Don't cut corners on e-gov hardware

Hardware is not the area to cut corners on as we move forward into a more transaction-based government.

Shortcomings in your hardware infrastructure will cost you enormously later in higher maintenance costs and reduced productivity, and it will create feelings of ill will among your customers because of slow response times.

From the beginning, you must consider how to design a responsive system that can accommodate dramatic growth and voluminous interactions with the public.

In order to design geographically dispersed systems involving multiple platforms (client, server and mainframe) some understanding of hardware principles is necessary to help you avoid making obvious mistakes in systems architectures and, in the long run, minimize the overall costs of the system you are installing.

You can and should take an overview course in system design, but hardware courses often have difficulty incorporating the big-picture issues provided below. These lessons were learned through the school of hard knocks. They should help get you into the right zone of what you need to know to make purchases for supporting large and geographically dispersed information systems.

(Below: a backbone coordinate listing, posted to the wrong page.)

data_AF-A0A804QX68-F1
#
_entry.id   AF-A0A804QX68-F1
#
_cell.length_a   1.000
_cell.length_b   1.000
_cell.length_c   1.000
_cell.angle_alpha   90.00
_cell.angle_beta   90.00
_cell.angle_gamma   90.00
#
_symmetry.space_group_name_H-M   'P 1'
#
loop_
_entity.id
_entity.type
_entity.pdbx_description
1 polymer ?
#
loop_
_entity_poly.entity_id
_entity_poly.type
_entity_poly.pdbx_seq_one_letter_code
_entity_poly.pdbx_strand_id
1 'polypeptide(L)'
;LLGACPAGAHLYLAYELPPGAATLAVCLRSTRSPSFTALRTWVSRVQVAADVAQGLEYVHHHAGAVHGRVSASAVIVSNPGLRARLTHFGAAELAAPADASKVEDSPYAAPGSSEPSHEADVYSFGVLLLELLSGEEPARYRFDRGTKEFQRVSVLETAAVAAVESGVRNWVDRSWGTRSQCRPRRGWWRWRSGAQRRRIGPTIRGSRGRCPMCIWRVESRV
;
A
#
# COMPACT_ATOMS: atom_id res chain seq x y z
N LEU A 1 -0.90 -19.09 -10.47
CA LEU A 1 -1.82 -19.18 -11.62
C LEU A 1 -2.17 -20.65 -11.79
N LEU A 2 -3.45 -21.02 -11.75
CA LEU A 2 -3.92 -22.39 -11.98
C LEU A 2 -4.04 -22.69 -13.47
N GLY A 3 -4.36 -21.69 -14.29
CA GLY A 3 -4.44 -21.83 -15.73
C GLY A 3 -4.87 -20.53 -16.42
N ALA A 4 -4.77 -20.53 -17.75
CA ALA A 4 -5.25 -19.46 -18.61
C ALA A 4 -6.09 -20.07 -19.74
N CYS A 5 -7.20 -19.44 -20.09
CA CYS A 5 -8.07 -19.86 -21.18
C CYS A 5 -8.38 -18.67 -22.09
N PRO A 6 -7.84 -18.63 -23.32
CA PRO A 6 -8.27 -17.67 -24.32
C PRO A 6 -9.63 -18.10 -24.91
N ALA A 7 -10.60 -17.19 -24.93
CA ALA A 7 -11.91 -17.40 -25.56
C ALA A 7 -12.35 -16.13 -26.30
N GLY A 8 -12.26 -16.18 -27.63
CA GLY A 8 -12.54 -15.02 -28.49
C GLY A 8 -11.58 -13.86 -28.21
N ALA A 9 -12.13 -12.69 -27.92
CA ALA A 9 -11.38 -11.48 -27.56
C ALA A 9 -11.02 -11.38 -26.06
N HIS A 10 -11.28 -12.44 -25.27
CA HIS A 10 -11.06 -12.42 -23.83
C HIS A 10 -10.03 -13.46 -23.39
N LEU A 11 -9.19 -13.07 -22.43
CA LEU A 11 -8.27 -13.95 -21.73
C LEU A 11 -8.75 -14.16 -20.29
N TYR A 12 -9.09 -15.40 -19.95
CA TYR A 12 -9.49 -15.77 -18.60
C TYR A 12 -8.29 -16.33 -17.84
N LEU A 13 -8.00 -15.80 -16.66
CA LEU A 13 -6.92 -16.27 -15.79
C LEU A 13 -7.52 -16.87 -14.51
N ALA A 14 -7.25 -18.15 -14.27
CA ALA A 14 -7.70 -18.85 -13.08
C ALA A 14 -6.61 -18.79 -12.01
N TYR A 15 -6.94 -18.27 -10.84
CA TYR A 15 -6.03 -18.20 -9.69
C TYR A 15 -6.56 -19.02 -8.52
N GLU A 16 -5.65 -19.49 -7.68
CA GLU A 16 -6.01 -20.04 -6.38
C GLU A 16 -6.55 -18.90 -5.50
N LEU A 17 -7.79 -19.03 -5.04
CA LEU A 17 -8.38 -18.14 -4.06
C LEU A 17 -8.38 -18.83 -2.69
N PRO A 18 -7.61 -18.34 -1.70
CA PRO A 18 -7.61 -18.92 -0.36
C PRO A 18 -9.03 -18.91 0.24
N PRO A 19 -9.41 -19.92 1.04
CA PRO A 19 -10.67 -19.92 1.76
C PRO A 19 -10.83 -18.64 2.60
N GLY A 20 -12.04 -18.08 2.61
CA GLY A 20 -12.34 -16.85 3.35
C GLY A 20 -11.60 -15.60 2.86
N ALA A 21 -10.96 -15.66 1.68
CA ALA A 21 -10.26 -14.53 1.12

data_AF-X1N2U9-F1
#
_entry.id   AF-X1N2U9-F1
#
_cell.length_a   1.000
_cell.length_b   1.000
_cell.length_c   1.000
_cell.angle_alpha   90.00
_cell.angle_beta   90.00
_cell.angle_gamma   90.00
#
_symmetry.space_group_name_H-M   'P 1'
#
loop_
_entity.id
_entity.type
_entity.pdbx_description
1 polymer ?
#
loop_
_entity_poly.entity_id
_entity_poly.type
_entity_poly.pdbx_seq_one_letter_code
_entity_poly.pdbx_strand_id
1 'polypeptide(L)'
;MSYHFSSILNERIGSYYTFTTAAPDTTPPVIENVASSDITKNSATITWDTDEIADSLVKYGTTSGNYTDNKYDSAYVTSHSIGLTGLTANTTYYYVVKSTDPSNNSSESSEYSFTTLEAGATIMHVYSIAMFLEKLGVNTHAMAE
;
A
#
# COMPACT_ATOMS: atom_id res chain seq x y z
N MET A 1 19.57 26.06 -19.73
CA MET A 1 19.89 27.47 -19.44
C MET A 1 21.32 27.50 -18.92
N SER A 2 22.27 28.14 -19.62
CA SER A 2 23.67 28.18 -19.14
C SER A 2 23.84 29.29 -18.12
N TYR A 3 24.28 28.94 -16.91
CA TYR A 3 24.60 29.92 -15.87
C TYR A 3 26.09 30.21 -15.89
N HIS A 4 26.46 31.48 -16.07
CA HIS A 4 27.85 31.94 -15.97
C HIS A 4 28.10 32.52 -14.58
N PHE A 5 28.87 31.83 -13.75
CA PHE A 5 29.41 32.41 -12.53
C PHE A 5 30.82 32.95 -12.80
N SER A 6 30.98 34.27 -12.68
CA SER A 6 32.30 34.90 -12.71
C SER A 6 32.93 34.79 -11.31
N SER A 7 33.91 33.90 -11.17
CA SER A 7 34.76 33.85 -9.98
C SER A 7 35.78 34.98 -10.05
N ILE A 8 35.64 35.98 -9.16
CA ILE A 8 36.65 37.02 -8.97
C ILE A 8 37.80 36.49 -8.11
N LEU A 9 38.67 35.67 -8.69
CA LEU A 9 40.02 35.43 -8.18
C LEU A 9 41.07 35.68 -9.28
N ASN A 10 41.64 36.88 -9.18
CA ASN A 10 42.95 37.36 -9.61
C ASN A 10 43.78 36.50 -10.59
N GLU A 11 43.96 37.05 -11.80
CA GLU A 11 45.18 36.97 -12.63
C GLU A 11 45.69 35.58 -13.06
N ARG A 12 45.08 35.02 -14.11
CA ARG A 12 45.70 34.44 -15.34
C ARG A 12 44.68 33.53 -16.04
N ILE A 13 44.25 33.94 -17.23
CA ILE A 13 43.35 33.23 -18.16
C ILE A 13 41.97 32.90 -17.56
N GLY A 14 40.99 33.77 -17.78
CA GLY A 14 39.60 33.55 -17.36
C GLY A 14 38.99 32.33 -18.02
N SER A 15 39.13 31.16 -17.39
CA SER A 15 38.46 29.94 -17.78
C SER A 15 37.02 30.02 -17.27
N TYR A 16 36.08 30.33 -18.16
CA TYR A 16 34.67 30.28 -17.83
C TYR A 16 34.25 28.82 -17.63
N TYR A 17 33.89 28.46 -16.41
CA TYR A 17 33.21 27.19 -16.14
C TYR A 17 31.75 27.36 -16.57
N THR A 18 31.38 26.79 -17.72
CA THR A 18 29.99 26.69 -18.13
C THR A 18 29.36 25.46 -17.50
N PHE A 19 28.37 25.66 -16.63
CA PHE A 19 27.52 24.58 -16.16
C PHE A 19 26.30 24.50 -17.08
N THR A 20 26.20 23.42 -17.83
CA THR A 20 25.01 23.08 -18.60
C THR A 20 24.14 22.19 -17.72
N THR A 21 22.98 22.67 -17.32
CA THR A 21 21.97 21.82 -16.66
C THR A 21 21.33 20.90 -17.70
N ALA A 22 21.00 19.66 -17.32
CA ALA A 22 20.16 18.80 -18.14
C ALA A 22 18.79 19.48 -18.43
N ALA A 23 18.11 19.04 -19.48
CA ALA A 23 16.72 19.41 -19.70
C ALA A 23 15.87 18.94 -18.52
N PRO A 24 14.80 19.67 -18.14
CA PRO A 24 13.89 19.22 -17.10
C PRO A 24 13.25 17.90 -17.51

Despite all the rhetoric about whose product is better, the one concept that should determine how you design your system is speed.

For example, the clock frequency of a microprocessor is a good indication of the speed of that device. The read/write speed of a disk provides an easy and direct measure. A device such as a microprocessor running in nanosecond time can easily support many devices, such as a hard drives, which run in millisecond or micro-second time. A single computer running at about 500 MHz can easily support many modems running at telephone speeds of 56K.

The rules of thumb below are a way of thinking about system design architecture. Click on the links for more detail.

    1. Design in parallelism at all levels when building systems. Avoid linear designs.

    2. To contain costs, buy hardware over software and invest in both hardware and software over more people.

    3. Identifyand then design around the information choke points, using basic approximations for speed.

    4. Incorporate significant extra capacity throughout your design, recognizing that systems degrade exponentially and that the Internet is driving a boom in information processing requirements.

Webmasters often are immersed in content and application software issues. These hardware principles will help you design the hardware component of your system. All of these principles are used when building a basic support infrastructure for a single building or when scaling up to support much larger, geographically disbursed IT systems. With these principles in mind, you can more confidently look at the hardware designs and ask the right kinds of questions.

Kellett is founder of the federal Web Business Council, co-chairman of the federal WebMasters Forum and director of GSA's Emerging IT Policies Division.

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